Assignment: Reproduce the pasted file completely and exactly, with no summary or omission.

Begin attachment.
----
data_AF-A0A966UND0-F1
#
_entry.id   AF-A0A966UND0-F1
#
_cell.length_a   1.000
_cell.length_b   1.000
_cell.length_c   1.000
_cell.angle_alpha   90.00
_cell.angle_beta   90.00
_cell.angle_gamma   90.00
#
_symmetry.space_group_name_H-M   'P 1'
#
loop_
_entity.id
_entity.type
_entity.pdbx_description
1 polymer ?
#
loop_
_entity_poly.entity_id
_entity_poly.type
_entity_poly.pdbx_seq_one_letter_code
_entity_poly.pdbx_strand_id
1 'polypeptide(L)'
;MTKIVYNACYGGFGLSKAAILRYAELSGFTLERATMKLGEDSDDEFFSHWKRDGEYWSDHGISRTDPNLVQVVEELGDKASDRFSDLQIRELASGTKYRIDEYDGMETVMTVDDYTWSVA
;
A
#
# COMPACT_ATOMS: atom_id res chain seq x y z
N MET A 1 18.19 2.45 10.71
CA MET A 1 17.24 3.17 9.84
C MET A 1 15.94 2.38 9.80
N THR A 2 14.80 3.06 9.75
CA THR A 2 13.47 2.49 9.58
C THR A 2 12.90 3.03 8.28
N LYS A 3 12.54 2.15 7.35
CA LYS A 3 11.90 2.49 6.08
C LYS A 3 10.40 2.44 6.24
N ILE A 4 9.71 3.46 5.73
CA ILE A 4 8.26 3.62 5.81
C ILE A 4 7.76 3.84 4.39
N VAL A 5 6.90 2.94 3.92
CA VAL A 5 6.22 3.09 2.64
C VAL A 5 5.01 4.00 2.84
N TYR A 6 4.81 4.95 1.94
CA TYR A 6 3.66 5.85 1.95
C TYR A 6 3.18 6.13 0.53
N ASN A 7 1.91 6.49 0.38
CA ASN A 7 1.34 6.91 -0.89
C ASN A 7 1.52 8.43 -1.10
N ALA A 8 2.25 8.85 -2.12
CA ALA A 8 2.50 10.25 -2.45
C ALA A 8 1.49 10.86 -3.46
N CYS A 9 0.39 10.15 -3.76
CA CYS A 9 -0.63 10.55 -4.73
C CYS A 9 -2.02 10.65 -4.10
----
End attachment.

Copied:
data_AF-A0A966UND0-F1
#
_entry.id   AF-A0A966UND0-F1
#
_cell.length_a   1.000
_cell.length_b   1.000
_cell.length_c   1.000
_cell.angle_alpha   90.00
_cell.angle_beta   90.00
_cell.angle_gamma   90.00
#
_symmetry.space_group_name_H-M   'P 1'
#
loop_
_entity.id
_entity.type
_entity.pdbx_description
1 polymer ?
#
loop_
_entity_poly.entity_id
_entity_poly.type
_entity_poly.pdbx_seq_one_letter_code
_entity_poly.pdbx_strand_id
1 'polypeptide(L)'
;MTKIVYNACYGGFGLSKAAILRYAELSGFTLERATMKLGEDSDDEFFSHWKRDGEYWSDHGISRTDPNLVQVVEELGDKASDRFSDLQIRELASGTKYRIDEYDGMETVMTVDDYTWSVA
;
A
#
# COMPACT_ATOMS: atom_id res chain seq x y z
N MET A 1 18.19 2.45 10.71
CA MET A 1 17.24 3.17 9.84
C MET A 1 15.94 2.38 9.80
N THR A 2 14.80 3.06 9.75
CA THR A 2 13.47 2.49 9.58
C THR A 2 12.90 3.03 8.28
N LYS A 3 12.54 2.15 7.35
CA LYS A 3 11.90 2.49 6.08
C LYS A 3 10.40 2.44 6.24
N ILE A 4 9.71 3.46 5.73
CA ILE A 4 8.26 3.62 5.81
C ILE A 4 7.76 3.84 4.39
N VAL A 5 6.90 2.94 3.92
CA VAL A 5 6.22 3.09 2.64
C VAL A 5 5.01 4.00 2.84
N TYR A 6 4.81 4.95 1.94
CA TYR A 6 3.66 5.85 1.95
C TYR A 6 3.18 6.13 0.53
N ASN A 7 1.91 6.49 0.38
CA ASN A 7 1.34 6.91 -0.89
C ASN A 7 1.52 8.43 -1.10
N ALA A 8 2.25 8.85 -2.12
CA ALA A 8 2.50 10.25 -2.45
C ALA A 8 1.49 10.86 -3.46
N CYS A 9 0.39 10.15 -3.76
CA CYS A 9 -0.63 10.55 -4.73
C CYS A 9 -2.02 10.65 -4.10